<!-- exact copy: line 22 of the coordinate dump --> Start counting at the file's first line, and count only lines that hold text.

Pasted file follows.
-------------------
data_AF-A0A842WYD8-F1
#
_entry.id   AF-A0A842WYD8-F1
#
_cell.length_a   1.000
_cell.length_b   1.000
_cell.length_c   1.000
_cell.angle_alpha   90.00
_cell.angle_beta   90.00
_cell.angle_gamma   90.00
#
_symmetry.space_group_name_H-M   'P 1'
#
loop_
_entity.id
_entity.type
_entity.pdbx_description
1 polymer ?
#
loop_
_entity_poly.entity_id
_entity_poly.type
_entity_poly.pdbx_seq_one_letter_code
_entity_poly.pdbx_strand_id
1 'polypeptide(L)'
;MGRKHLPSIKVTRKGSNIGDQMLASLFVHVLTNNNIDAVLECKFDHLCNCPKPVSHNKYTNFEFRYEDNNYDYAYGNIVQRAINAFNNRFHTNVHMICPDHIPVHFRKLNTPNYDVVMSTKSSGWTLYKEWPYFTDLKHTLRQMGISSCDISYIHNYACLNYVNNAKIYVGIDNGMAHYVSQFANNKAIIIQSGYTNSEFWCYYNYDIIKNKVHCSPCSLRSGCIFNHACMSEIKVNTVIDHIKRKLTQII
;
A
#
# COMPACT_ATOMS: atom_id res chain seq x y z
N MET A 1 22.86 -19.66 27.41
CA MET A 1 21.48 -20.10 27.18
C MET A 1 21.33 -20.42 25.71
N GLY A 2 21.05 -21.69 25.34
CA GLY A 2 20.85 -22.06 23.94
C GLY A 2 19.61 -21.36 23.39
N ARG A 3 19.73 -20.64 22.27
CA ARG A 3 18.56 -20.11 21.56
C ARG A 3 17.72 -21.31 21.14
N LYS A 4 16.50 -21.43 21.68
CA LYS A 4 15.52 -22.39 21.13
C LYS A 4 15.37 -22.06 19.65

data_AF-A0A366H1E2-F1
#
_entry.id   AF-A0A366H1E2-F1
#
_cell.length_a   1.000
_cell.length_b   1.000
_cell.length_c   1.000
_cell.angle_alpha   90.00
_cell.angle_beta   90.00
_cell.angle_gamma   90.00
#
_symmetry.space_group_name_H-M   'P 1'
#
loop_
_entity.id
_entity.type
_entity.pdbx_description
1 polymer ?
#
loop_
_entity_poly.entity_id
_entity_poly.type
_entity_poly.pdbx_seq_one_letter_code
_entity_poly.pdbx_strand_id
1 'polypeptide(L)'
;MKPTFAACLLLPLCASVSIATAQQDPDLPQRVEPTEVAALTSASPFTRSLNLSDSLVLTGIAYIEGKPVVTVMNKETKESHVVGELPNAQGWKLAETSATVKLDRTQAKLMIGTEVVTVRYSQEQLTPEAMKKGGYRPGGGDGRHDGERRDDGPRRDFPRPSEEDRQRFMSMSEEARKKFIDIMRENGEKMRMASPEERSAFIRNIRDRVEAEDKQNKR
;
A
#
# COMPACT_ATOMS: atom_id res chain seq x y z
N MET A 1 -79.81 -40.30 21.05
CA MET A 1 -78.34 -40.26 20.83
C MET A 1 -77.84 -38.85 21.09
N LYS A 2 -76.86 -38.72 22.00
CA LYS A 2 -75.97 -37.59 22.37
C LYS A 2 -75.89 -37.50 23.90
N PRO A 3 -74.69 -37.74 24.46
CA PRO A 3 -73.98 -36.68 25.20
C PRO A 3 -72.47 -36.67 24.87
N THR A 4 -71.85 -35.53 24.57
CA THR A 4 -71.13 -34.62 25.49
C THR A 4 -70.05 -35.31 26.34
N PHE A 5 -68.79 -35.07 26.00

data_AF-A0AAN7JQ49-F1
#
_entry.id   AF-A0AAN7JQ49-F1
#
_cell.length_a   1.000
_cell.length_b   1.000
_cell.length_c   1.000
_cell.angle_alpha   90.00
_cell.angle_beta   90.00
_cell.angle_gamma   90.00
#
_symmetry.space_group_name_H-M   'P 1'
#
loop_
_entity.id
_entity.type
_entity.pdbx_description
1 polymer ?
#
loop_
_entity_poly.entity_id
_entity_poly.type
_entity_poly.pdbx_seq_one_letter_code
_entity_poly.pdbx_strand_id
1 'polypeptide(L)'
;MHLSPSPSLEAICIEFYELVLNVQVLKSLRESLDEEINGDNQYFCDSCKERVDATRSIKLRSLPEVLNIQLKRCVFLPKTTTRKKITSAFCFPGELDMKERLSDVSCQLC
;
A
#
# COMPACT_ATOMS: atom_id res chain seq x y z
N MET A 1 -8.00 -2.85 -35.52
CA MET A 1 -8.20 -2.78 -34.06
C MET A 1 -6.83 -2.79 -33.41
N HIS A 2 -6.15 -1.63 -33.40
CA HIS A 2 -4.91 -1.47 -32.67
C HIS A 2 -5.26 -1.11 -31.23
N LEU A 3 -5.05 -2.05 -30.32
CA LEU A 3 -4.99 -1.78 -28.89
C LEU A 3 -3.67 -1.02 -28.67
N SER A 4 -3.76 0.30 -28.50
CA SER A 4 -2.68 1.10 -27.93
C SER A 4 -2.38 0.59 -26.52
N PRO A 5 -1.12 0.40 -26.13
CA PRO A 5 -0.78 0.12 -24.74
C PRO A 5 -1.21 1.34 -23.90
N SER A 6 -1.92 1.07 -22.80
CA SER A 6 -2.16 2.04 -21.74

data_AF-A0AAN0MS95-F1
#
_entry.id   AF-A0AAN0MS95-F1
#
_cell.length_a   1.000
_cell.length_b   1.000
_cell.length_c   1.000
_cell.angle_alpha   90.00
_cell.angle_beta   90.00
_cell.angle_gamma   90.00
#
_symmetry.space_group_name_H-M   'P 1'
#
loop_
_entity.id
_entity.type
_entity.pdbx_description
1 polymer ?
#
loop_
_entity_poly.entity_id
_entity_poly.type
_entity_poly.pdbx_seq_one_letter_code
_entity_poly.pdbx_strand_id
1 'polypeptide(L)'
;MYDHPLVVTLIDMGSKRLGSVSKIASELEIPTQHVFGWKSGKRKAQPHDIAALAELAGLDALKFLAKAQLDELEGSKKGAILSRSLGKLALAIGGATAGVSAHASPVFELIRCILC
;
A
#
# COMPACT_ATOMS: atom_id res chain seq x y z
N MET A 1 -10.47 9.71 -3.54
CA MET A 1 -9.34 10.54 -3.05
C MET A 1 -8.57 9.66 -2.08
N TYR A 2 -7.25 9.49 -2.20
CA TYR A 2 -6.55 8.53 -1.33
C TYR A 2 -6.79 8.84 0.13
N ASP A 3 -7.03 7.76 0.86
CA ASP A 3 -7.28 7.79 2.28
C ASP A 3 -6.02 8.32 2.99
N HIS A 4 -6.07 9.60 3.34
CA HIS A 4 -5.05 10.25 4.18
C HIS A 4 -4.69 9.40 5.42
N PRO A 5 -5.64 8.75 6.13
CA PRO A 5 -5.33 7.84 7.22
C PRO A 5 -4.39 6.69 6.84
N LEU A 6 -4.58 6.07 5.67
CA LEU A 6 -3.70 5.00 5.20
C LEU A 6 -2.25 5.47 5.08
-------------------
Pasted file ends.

_entity_poly.type